Water quality and sewage
Pollution can affect the quality of water in our ocean, in turn affecting the marine wildlife that call the ocean home. From wet wipes to sewage sludge, the impacts of this pollution can be devastating.
Sewage sludge might seem an unexpected topic of discussion when it comes to the health of our oceans, but it’s actually incredibly relevant. Read on to discover the dangers and find out what action is needed.
For more than 30 years we have campaigned for better water quality at our coast. By highlighting which beaches were too dirty to swim in, we put pressure on governments and environmental regulators to introduce better legislation to protect bathing water quality and make sure that water companies invested in better sewage treatment.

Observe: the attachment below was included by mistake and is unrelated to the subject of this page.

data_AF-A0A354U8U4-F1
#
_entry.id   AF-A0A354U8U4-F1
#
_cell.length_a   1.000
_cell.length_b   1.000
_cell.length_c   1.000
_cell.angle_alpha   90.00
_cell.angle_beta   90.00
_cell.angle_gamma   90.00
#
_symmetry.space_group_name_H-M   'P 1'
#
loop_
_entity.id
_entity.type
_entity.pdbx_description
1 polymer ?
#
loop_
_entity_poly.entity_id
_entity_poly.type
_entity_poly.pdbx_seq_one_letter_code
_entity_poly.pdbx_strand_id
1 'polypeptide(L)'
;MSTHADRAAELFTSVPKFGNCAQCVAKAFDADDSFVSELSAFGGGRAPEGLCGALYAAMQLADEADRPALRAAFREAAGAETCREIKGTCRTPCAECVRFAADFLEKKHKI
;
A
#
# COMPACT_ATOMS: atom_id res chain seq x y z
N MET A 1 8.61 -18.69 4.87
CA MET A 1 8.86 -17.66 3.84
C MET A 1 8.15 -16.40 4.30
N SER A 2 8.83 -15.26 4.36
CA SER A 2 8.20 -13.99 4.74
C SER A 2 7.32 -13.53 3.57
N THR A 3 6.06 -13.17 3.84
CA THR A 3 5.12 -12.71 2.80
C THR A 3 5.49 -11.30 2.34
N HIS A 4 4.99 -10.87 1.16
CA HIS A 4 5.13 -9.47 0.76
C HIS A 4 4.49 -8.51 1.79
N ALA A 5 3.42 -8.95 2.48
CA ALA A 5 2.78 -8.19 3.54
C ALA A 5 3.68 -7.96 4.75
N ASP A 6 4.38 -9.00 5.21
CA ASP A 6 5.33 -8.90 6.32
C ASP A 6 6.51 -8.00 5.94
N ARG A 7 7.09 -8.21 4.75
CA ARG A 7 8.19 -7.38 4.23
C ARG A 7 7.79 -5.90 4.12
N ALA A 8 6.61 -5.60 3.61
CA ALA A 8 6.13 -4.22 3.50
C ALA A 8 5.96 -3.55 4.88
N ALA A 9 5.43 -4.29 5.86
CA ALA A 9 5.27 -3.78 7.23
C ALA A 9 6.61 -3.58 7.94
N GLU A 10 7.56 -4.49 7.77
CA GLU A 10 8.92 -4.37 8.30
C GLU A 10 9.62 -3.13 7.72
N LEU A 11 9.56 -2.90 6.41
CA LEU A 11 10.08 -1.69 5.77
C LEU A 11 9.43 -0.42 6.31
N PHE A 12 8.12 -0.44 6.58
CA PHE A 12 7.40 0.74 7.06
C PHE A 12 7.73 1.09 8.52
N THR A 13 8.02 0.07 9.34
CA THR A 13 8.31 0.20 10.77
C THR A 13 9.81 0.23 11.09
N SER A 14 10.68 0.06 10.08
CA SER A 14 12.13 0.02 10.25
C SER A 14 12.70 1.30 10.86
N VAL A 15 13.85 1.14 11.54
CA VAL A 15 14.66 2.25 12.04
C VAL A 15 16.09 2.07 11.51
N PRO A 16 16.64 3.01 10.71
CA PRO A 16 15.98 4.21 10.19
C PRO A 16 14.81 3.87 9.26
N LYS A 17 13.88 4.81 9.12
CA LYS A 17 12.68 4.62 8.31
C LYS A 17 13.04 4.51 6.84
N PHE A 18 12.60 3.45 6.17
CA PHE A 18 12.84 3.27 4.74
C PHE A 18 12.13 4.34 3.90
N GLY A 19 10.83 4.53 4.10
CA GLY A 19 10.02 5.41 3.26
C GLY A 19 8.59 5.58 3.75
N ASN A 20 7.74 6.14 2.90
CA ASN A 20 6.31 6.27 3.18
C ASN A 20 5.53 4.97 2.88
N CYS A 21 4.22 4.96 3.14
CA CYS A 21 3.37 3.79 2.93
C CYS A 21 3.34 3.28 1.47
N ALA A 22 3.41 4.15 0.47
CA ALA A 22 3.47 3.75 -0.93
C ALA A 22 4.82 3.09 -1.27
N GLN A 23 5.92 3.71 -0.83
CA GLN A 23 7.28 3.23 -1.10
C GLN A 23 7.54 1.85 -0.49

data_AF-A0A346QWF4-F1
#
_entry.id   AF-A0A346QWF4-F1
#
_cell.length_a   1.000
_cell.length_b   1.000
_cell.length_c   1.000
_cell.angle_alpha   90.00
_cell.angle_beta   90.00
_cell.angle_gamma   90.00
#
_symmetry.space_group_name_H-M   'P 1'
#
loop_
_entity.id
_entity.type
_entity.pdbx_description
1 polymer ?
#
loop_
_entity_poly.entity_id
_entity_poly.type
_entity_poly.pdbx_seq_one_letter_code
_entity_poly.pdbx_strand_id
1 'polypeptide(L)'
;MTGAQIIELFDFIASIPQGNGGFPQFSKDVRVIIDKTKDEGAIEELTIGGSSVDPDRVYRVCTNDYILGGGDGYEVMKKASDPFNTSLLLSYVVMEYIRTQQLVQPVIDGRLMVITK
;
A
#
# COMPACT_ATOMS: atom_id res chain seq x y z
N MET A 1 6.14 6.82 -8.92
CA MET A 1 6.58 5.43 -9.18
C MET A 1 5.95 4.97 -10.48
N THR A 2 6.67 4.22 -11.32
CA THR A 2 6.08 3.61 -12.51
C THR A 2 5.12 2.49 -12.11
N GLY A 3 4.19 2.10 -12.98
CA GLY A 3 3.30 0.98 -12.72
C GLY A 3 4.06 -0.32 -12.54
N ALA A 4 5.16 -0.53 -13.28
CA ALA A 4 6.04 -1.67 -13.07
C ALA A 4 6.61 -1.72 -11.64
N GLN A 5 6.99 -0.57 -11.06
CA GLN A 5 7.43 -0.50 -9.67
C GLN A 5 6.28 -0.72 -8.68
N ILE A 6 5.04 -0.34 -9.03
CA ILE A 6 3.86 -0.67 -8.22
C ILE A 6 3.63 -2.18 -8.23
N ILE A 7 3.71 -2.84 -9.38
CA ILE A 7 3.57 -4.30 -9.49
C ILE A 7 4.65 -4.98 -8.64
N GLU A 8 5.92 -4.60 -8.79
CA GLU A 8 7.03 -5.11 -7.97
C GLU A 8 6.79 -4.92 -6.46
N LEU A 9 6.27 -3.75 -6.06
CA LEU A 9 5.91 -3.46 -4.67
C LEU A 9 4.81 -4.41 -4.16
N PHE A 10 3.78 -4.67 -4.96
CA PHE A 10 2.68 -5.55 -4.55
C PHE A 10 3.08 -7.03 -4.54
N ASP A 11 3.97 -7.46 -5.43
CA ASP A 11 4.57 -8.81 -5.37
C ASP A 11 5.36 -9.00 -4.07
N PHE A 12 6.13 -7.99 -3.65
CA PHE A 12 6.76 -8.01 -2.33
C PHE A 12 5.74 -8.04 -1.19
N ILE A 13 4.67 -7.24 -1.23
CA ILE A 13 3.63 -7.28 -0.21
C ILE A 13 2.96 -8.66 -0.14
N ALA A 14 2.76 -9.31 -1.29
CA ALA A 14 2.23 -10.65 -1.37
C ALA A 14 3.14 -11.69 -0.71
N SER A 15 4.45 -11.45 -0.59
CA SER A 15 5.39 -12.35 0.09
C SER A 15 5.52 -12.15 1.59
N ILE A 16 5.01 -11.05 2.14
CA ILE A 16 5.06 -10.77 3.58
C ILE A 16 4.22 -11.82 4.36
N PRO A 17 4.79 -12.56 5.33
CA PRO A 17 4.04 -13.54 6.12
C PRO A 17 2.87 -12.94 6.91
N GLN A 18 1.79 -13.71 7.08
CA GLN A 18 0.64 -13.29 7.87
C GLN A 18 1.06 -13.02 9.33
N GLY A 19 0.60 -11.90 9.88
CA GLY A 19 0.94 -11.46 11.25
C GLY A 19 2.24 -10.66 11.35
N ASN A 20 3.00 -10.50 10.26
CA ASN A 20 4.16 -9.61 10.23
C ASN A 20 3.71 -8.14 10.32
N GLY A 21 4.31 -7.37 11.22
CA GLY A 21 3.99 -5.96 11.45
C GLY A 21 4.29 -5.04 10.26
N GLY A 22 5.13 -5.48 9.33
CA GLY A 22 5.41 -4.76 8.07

Wet wipes and sewage debris
Wet wipes are one of the most common litter items we find on UK beaches. Wet wipes and other sanitary items like pads and tampons end up on our beaches and in the environment as they’re often mistakenly flushed down the toilet.
Water companies across England have become too reliant on using storm overflows to dump raw sewage in our waters, rather than improve their infrastructure. The raw sewage contains a cocktail of bacteria, viruses, harmful chemicals, and microplastics. This is a disaster for our ocean.